King's Lynn Chartered Surveyors

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Guild hall in Kings Lynn 02

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Factfile for Kings Lynn:

Location of Kings Lynn: Norfolk, East of England, Eastern England, United Kingdom.

Post Code for Kings Lynn: PE30

Kings Lynn Dialling Code: 01553

Population of Kings Lynn: 42,800 (Census 2011)

Ordnance Survey Map Reference for Kings Lynn: TF62390

In the beginning called Lynn or Lin (and later as Bishop's Lynn), the vibrant port and market town of Kings Lynn was in past times among the most significant maritime ports in Britain. It currently has a populace of roughly forty two thousand and lures in quite a high number of travellers, who come to learn about the history of this memorable city and to savor its many great sights and events. The name of the town (Lynn) comes from the Celtic word for "pool or lake" and no doubt refers to the fact that this spot was formerly engulfed by a significant tidal lake.

Kings Lynn is situated at the southern end of the Wash in West Norfolk, that enormous bite out of the east coast of England where in twelve fifteen, King John supposedly lost all his gold and jewels. He had been fed and watered by the burghers of Lynn (which it was called back then), back then a flourishing port, but was caught by a nasty high tide as he made his way to the west over perilous marshes towards Newark and the jewels were lost and never to be found again. Very soon afterwards, King John died of a surfeit of peaches (or lampreys) depending on which report you trust. In these days the town was always a natural centre, the funnel for business between the Midlands and East Anglia, the train terminus of the Ely, Cambridge, London main line, and also the bridge which joins 'high' Norfolk heading in the direction of the city of Norwich to the east, and 'low' Norfolk, the flat fens and marsh lands south of the Wash.

Kings-lynn-river-great-ouseThe royal associations for King's Lynn have proven to be more substantial presently when compared with the era of King John. Just a few kilometers in the direction of the north-east is Sandringham, one of the Queen's exclusive estates and a key tourist attraction. The town of King's Lynn itself itself stands primarily on the easterly bank of the River Great Ouse estuary. Lots of the roads close to the river banks, in particular the ones near to the twin towers of the St Margaret's Church, have remained much as they were two centuries ago.

If the town has a center of attention it would likely be the ancient Tuesday Market Place , this is especially true in the past few years since the Corn Exchange has been transformed into a primary entertainment centre. The vast majority of buildings around the Tuesday Market Place are Victorian or even earlier. These include the impressive Duke's Head Hotel, built in 1683, and a grade II listed building since 1951, the Corn Exchange (1854) and the Globe Hotel (first built in 1650).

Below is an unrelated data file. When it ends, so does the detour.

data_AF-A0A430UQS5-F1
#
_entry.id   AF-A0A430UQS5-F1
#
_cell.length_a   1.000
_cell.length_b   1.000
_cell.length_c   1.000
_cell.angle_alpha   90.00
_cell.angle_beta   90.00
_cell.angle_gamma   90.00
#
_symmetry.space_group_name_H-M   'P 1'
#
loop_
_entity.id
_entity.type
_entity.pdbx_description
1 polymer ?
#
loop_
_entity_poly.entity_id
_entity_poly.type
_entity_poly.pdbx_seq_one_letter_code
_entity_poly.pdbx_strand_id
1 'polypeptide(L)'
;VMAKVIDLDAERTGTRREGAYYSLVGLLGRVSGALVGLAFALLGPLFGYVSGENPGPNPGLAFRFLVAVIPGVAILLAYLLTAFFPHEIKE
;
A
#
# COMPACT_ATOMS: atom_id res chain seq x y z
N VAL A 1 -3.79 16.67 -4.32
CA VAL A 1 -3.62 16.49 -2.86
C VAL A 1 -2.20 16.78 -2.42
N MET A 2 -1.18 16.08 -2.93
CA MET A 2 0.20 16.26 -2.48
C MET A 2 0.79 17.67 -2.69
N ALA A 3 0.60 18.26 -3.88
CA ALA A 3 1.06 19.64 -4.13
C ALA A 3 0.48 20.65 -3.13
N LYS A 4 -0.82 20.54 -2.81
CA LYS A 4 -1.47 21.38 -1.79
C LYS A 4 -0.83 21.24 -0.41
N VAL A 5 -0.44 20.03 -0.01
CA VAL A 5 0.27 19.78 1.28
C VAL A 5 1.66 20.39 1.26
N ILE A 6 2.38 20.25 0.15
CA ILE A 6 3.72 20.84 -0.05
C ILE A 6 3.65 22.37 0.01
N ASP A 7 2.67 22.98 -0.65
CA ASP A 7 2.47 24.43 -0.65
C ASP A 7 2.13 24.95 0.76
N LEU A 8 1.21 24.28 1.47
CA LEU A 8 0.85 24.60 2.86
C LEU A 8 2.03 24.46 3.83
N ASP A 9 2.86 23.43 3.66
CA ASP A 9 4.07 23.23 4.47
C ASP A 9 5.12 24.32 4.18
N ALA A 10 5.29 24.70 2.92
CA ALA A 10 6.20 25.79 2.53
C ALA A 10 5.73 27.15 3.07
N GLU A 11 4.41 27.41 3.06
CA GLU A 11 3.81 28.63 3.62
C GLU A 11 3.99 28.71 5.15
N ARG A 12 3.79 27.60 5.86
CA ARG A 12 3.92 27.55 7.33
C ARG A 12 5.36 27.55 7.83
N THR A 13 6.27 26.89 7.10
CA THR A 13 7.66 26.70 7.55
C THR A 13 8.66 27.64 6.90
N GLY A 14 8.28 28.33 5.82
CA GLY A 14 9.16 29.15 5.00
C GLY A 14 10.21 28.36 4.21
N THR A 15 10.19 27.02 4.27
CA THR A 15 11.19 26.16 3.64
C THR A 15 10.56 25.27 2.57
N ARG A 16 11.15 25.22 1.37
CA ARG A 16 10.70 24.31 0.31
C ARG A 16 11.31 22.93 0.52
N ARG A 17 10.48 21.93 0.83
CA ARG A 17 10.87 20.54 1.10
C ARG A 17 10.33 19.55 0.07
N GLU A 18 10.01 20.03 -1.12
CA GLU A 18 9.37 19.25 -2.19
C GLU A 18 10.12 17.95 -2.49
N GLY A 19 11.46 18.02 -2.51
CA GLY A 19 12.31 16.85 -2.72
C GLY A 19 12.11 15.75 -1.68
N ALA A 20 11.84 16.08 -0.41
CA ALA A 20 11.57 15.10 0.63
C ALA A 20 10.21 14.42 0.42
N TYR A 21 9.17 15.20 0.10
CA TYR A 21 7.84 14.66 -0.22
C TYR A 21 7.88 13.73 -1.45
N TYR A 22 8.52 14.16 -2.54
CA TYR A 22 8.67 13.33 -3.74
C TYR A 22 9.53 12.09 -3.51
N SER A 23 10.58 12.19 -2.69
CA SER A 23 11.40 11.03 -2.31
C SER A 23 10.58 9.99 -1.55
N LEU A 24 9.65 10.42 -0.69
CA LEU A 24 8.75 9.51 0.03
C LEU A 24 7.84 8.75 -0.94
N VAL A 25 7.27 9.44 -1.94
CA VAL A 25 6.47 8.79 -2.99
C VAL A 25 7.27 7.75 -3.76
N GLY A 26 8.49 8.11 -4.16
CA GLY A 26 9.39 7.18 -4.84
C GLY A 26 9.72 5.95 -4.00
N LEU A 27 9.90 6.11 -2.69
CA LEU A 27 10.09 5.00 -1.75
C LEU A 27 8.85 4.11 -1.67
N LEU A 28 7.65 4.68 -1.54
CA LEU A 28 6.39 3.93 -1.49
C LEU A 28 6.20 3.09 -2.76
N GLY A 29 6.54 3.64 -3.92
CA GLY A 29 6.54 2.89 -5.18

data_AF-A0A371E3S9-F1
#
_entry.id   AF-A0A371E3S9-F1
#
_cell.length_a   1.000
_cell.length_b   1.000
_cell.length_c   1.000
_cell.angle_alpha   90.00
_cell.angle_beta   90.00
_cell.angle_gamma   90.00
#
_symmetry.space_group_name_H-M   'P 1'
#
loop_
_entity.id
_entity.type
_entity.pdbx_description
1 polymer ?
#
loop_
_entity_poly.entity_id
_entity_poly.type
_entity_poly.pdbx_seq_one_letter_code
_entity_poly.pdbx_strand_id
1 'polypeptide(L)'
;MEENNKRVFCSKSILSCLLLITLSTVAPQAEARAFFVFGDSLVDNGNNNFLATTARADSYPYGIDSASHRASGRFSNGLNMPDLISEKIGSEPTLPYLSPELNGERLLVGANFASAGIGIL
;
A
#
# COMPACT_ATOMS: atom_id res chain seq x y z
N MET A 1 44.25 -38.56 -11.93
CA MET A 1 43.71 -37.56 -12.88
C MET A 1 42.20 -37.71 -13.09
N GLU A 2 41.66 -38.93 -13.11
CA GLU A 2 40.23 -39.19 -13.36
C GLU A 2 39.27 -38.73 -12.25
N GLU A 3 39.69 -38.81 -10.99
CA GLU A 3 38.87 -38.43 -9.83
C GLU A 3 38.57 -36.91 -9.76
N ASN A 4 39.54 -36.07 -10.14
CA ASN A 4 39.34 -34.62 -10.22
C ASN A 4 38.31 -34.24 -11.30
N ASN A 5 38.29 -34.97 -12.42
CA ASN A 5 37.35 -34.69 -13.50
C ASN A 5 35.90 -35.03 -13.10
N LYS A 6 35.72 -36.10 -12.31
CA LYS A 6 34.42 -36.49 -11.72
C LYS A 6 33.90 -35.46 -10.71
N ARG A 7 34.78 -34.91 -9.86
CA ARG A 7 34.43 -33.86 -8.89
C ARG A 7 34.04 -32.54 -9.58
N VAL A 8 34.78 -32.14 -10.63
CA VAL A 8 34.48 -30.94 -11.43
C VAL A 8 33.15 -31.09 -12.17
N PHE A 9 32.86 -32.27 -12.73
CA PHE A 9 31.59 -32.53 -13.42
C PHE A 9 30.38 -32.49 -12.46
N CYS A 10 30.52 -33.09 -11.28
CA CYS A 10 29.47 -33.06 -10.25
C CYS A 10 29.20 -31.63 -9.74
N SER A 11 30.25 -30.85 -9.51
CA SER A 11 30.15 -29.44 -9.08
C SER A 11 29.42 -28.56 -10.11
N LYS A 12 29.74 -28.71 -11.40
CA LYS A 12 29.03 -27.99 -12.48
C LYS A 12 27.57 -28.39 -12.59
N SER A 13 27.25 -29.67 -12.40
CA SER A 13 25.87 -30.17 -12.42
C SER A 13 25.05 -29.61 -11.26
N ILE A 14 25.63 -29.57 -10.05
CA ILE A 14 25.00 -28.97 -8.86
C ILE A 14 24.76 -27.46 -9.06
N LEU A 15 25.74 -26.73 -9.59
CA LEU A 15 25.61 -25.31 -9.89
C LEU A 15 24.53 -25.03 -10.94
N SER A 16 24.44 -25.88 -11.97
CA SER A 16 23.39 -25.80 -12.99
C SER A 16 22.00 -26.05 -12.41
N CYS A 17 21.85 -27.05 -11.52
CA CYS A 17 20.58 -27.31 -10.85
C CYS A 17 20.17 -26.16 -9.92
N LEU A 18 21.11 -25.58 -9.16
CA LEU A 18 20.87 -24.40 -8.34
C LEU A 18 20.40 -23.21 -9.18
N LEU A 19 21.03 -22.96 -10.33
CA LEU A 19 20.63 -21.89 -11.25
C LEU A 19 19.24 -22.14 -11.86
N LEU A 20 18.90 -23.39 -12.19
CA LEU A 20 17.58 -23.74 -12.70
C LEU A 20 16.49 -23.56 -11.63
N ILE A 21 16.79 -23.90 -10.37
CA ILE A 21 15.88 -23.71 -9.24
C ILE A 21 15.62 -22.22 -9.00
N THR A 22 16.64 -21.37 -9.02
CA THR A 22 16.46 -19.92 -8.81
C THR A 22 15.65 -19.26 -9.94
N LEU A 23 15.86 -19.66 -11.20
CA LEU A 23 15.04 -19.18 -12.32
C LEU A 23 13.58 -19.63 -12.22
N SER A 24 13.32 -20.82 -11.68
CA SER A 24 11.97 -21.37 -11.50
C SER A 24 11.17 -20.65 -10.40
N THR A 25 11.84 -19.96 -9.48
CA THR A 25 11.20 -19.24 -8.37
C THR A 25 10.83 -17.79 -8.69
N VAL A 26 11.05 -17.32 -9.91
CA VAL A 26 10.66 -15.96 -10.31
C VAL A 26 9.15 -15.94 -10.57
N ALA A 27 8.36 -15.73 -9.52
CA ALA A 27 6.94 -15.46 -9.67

A Brief History of King's Lynn Norfolk - Most likely to start with a Celtic settlement, and certainly later an Anglo-Saxon village it was detailed just as Lun in the Domesday Book (1086), and owned by Bishop Almer of Elmham. The town was to be known as King's Lynn in the 16th C, and had at first been called Bishop's Lynn (and merely Lynn previous to that), the Bishop's a part of the name was bestowed simply because it was once governed by a Bishop, who set up a Benedictine priory there in the late 11th C, and it was this Bishop who first granted the town the ability to hold a street market in 1101. It was furthermore at approximately this time period that the first St Margaret's Church was built.

The town ultimately became a vital trading centre and port, with goods like salt, grain and wool exported from the harbour. By the time the fourteenth century arrived, Bishop's Lynn was one of the chief ports in the British Isles and a lot of trade was done with the Hanseatic League (German and Baltic traders), with the Hanseatic Warehouse in St Margaret's Lane being constructed for them in the late fifteenth century.

The town of Bishop's Lynn endured a couple of major disasters in the 14th century, firstly in the form of a great fire which demolished most of the town, and secondly in the shape of the Black Death, a plague which claimed the lives of about half of the town's citizens in the time period 1348-49. In 1537, during the rule of Henry the Eighth, Bishop's Lynn came under the control of the monarch rather than a bishop and was thereafter called King's Lynn, the following year Henry also shut down the Benedictine Priory as part of his Dissolution of the Monasteries (1536 to 1541).